The following statement about safety in campus research labs and recent charges by the Los Angeles County District Attorney was issued today by Chancellor Gene Block.
To the Campus Community:
As many of you know, the Los Angeles County District Attorney made an unprecedented decision last week to file felony charges against the Regents and an esteemed chemistry professor in connection with a tragic accident that occurred three years ago on our campus. I am writing today to reassure you of our intention to fight these charges and also to continue uninterrupted our vital mission of conducting important research.
Sheri Sangji’s death was strongly felt by everyone at UCLA, and we were deeply saddened by the loss of a member of our community. It certainly was the most devastating day in my tenure as chancellor. I made a pledge then that we would go above and beyond existing policies and regulations to become a model of campus safety. And we have. In the wake of this tragedy, we have enhanced our lab safety program in numerous ways to do all we can to prevent this from happening again.
First and foremost, we created the Center for Laboratory Safety, which has received attention from research institutions around the country. Its mission is to identify and institute best practices in safety, going beyond the minimum requirements of outside agencies so that we can hold our laboratories to even higher standards. We also dramatically increased the number of lab inspections, strengthened our policy on the required use of personal protective equipment and developed a hazard-assessment tool that labs must update annually or whenever conditions change.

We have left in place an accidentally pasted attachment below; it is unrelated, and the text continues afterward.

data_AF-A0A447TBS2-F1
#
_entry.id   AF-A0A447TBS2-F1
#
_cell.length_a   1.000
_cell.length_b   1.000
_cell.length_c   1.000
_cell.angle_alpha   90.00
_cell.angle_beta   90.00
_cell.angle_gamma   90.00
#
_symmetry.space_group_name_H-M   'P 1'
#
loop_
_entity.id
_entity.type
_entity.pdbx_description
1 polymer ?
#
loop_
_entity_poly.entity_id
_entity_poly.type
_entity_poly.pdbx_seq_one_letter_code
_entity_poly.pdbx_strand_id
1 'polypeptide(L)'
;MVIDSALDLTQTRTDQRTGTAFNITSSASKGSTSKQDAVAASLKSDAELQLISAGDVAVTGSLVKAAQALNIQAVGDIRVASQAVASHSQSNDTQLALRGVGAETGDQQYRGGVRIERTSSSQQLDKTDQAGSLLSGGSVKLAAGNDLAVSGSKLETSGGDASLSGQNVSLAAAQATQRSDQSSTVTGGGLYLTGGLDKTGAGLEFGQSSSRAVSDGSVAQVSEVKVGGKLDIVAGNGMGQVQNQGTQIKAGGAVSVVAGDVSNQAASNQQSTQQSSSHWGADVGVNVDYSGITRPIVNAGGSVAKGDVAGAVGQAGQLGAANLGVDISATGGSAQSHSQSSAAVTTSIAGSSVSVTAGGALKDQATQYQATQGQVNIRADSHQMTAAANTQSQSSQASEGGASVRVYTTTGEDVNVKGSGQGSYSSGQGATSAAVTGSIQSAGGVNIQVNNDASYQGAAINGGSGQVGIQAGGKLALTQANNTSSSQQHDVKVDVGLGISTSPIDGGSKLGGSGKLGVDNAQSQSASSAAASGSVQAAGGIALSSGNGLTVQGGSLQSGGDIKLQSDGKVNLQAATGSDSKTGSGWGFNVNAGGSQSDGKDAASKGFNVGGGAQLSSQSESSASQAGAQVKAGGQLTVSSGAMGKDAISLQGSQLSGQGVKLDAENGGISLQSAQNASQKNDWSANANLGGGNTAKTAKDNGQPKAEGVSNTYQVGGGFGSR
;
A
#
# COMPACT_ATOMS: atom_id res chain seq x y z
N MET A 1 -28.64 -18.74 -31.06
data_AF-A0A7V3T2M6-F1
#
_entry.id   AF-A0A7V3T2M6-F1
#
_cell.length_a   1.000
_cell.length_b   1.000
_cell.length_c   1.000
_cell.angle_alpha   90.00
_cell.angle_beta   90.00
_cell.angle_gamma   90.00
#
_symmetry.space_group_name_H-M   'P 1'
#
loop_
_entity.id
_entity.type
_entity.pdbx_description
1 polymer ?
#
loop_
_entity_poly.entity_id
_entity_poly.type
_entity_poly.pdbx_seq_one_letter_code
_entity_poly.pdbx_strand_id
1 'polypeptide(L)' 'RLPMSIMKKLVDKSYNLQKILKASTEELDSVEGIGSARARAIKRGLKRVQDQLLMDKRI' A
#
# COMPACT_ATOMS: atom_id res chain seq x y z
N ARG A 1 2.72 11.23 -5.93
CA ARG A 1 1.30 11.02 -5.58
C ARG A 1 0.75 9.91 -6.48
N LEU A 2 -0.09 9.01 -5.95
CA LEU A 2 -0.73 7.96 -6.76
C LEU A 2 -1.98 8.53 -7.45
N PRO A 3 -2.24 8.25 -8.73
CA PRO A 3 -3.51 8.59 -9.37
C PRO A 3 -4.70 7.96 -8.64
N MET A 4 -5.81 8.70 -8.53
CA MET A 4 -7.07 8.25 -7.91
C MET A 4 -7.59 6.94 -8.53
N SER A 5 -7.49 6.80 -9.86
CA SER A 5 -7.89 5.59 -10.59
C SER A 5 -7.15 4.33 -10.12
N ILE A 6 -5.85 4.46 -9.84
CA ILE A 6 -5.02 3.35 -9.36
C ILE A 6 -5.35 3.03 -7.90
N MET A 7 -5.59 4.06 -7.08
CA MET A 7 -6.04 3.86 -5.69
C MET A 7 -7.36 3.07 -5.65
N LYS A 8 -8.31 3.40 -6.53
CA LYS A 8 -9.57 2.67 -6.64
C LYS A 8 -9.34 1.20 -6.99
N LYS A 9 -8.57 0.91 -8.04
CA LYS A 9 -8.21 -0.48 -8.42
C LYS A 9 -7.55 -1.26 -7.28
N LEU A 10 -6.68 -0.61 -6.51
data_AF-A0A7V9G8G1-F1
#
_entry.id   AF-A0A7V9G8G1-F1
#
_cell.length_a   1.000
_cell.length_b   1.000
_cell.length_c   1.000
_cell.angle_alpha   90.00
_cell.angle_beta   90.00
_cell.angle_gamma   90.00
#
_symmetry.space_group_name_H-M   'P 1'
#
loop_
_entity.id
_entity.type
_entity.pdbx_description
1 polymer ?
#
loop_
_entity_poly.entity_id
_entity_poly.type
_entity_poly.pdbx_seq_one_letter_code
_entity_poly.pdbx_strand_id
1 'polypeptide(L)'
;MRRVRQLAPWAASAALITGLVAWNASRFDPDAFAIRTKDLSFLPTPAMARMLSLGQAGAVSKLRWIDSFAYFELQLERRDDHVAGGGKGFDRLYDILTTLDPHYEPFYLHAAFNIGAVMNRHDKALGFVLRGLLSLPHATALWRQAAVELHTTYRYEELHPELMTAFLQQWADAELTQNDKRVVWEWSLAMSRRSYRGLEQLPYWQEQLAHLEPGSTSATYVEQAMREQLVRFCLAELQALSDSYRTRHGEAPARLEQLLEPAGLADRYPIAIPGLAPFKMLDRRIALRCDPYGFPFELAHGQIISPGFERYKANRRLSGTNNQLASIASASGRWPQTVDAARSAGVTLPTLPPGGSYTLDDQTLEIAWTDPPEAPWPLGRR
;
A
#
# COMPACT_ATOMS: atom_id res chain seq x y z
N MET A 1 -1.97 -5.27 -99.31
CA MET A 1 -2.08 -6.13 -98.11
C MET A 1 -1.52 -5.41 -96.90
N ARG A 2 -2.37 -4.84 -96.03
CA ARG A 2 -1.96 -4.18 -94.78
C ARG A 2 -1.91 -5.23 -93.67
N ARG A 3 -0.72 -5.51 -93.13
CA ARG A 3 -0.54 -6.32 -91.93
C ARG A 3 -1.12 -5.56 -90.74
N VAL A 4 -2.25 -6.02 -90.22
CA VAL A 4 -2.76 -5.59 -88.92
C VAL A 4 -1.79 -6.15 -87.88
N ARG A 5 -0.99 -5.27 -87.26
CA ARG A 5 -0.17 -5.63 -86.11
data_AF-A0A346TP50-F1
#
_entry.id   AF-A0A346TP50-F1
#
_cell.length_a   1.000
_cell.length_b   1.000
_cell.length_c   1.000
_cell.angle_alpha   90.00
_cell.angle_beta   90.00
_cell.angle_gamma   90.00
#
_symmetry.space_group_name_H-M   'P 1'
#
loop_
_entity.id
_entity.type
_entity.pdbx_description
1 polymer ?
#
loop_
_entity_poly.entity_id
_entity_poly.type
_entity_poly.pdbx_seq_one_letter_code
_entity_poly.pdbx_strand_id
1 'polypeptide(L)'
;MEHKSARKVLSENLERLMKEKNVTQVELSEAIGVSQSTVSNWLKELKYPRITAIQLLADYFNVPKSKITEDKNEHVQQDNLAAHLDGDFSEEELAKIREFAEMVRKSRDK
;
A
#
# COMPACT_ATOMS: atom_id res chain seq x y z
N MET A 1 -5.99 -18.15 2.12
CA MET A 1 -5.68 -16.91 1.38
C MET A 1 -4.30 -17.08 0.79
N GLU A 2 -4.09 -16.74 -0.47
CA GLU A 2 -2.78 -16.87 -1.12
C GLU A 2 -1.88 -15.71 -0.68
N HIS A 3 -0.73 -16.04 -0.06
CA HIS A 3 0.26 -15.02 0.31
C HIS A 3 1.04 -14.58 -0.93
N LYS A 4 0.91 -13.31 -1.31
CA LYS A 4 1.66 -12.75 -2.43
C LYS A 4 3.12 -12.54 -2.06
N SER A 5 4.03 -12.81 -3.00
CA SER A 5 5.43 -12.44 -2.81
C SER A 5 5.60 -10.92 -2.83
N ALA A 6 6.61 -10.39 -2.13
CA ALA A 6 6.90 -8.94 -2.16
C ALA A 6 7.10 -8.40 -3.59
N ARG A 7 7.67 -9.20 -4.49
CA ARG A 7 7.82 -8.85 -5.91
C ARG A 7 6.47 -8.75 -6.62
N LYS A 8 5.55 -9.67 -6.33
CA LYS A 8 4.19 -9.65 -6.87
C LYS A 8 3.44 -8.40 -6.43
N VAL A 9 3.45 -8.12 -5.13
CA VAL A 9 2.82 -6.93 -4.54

We know that improving lab safety requires a cultural shift and does not occur overnight. The process takes time and constant reminders — like the videos and social media campaign we’ve used to spread the message across our campus. One key component is emphasizing how lab safety is everyone’s responsibility. Even when labs provide the tools, training, education and equipment, it’s ultimately up to the individuals conducting an experiment to put their training to use and stay safe. We also emphasize each person’s responsibility to speak up when they see individuals putting themselves in harm’s way.
These criminal charges against the university and Dr. Patrick Harran are unwarranted. After Ms. Sangji's death, an exhaustive investigation by the California Division of Occupational Safety and Health found no willful violations of safety rules. While the district attorney’s action came as a shock to us, we will not let it distract us from the more important mission of setting a national standard for laboratory safety. Dr. Harran, a talented and dedicated organic chemistry professor who is making great strides in the global effort to cure cancer, has my full support. The university will provide for his defense.
Great institutions are measured by how they respond to tragedy. I am proud of all that our faculty, staff and students have done in the last three years to make this a safer campus — the best way for UCLA to honor the memory of Sheri Sangji.
Gene D. BlockChancellor